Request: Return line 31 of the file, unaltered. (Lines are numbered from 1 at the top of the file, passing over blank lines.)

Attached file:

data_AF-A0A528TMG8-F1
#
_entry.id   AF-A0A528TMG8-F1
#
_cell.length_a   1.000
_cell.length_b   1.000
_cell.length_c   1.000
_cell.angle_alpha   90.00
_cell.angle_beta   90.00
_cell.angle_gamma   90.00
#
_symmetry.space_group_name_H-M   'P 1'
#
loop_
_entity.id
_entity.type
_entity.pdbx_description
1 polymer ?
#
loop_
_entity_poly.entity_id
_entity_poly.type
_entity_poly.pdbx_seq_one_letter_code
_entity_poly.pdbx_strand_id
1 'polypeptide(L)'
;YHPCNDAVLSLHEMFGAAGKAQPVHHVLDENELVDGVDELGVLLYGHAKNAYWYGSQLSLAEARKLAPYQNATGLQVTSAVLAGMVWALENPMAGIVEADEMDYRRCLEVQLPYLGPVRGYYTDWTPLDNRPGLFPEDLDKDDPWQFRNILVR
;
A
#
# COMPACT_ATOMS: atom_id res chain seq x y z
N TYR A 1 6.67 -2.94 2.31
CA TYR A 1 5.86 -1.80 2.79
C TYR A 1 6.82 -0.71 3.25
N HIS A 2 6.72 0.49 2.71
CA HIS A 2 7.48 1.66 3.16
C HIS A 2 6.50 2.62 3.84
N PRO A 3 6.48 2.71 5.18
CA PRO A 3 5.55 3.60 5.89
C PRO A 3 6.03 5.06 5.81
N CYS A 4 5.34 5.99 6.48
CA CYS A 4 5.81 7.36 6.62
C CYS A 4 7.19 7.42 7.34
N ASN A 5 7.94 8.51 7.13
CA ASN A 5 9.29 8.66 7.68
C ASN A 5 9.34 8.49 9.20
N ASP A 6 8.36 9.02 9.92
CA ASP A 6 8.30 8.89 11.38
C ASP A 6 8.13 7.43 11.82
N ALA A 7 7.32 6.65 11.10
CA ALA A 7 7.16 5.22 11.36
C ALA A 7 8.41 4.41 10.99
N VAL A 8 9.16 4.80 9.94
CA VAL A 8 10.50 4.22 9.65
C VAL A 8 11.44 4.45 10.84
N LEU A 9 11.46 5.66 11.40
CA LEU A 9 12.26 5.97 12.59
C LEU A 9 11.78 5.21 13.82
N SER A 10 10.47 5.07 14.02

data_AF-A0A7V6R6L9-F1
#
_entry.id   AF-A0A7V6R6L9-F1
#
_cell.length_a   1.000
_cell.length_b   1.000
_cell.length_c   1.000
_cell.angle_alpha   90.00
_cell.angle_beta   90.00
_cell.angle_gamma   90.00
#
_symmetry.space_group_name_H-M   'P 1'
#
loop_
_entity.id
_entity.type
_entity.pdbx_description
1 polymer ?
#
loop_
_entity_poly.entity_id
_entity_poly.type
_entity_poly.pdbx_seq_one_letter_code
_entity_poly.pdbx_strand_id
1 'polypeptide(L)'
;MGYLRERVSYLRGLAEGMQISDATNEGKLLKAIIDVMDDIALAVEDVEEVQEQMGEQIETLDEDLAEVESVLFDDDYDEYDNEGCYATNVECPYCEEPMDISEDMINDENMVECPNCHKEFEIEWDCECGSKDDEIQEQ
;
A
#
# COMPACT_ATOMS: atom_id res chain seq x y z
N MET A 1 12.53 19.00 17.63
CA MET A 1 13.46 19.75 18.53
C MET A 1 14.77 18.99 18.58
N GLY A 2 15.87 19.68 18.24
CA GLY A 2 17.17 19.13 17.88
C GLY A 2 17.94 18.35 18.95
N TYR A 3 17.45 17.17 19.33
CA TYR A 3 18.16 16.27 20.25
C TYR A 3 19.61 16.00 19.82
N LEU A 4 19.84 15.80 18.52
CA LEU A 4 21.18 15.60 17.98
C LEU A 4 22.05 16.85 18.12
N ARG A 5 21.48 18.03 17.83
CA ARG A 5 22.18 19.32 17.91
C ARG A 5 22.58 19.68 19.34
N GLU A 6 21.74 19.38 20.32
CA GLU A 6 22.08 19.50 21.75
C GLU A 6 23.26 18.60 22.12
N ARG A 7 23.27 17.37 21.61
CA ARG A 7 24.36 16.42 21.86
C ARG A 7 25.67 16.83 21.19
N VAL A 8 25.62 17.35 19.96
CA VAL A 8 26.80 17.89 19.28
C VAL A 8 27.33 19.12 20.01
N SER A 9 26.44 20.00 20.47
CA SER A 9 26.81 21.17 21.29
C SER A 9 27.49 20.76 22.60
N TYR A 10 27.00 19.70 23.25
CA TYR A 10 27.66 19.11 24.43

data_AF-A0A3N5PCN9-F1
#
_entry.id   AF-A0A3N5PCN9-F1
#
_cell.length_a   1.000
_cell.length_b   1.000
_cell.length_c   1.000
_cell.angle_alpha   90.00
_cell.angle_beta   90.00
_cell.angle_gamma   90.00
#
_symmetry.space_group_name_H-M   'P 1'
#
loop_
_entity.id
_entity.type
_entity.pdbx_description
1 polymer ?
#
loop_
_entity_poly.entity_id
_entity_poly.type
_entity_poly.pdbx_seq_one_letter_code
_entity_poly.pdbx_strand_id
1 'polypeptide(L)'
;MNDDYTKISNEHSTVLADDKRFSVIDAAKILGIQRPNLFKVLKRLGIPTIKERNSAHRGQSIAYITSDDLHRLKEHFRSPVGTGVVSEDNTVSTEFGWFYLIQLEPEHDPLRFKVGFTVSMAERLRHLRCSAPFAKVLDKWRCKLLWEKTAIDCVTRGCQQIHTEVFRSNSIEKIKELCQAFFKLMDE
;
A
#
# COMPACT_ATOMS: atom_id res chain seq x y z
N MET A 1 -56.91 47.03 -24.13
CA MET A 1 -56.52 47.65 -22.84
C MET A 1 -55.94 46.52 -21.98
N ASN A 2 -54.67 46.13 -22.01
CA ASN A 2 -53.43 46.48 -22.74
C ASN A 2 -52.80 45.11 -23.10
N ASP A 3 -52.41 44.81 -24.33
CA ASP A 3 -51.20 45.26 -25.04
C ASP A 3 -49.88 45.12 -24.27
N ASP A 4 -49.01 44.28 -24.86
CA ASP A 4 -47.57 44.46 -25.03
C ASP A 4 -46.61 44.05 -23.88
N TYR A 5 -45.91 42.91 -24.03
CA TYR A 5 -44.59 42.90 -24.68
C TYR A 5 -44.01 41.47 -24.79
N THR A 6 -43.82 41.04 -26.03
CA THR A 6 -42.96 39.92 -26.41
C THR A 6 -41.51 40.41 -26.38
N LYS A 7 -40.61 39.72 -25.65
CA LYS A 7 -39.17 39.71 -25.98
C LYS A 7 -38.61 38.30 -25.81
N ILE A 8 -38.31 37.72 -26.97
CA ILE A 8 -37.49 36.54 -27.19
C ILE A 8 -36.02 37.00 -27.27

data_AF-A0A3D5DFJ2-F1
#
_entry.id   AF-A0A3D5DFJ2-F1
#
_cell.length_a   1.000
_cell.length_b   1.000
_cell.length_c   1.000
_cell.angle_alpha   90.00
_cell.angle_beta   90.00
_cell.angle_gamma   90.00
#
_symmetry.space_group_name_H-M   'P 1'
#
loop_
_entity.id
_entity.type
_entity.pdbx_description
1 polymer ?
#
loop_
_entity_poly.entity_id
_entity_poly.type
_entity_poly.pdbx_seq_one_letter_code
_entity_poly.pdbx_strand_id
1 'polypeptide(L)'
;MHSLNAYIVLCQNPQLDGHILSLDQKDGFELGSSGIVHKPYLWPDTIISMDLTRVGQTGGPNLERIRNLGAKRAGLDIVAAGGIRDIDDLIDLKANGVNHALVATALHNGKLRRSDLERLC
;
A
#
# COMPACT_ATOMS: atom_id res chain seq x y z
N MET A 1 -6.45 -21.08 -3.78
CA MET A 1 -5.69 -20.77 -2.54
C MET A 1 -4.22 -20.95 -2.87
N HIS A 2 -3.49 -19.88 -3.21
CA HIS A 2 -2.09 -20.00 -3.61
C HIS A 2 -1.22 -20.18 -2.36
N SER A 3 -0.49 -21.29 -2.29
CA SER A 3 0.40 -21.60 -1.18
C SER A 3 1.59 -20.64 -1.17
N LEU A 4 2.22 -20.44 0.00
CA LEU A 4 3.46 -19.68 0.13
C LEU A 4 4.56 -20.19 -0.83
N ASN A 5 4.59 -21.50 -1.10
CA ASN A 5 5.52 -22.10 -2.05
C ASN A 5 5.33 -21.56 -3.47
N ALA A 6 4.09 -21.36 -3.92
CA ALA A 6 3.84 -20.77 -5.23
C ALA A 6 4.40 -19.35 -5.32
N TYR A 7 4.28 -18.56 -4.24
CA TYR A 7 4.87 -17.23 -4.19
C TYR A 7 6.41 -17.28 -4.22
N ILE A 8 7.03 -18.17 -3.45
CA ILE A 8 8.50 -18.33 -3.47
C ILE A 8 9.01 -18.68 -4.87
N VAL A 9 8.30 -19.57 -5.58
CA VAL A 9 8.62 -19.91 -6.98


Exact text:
N TYR A 1 6.67 -2.94 2.31